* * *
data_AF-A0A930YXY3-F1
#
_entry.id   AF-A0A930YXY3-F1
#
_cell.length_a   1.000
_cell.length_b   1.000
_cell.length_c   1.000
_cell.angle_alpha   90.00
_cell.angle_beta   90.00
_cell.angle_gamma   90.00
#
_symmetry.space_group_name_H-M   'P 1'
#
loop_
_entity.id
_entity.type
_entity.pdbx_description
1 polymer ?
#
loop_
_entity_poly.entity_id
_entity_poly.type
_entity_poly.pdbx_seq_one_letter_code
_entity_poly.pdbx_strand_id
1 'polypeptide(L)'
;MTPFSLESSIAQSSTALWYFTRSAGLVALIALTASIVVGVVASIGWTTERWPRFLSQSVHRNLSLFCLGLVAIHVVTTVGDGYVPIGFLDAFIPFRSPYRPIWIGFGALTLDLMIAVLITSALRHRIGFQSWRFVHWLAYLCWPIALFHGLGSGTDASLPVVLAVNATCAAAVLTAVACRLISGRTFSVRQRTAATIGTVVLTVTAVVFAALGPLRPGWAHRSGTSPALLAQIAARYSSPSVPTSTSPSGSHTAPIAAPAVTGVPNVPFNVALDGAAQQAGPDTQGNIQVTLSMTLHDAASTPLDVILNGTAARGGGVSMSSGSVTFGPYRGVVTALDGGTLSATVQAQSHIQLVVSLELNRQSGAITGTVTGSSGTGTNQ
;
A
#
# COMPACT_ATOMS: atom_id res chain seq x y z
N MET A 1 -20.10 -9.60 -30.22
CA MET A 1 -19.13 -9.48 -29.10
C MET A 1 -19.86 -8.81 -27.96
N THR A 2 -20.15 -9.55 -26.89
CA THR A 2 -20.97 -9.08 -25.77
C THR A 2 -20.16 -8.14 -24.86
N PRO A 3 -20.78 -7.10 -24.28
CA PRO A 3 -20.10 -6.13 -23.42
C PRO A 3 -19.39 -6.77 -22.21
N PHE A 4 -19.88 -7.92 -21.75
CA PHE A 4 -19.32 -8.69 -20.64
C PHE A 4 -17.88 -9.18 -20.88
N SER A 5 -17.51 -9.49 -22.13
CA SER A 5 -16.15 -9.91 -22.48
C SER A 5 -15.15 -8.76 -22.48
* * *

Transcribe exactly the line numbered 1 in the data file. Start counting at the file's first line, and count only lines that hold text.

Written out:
data_AF-A0A930YXY3-F1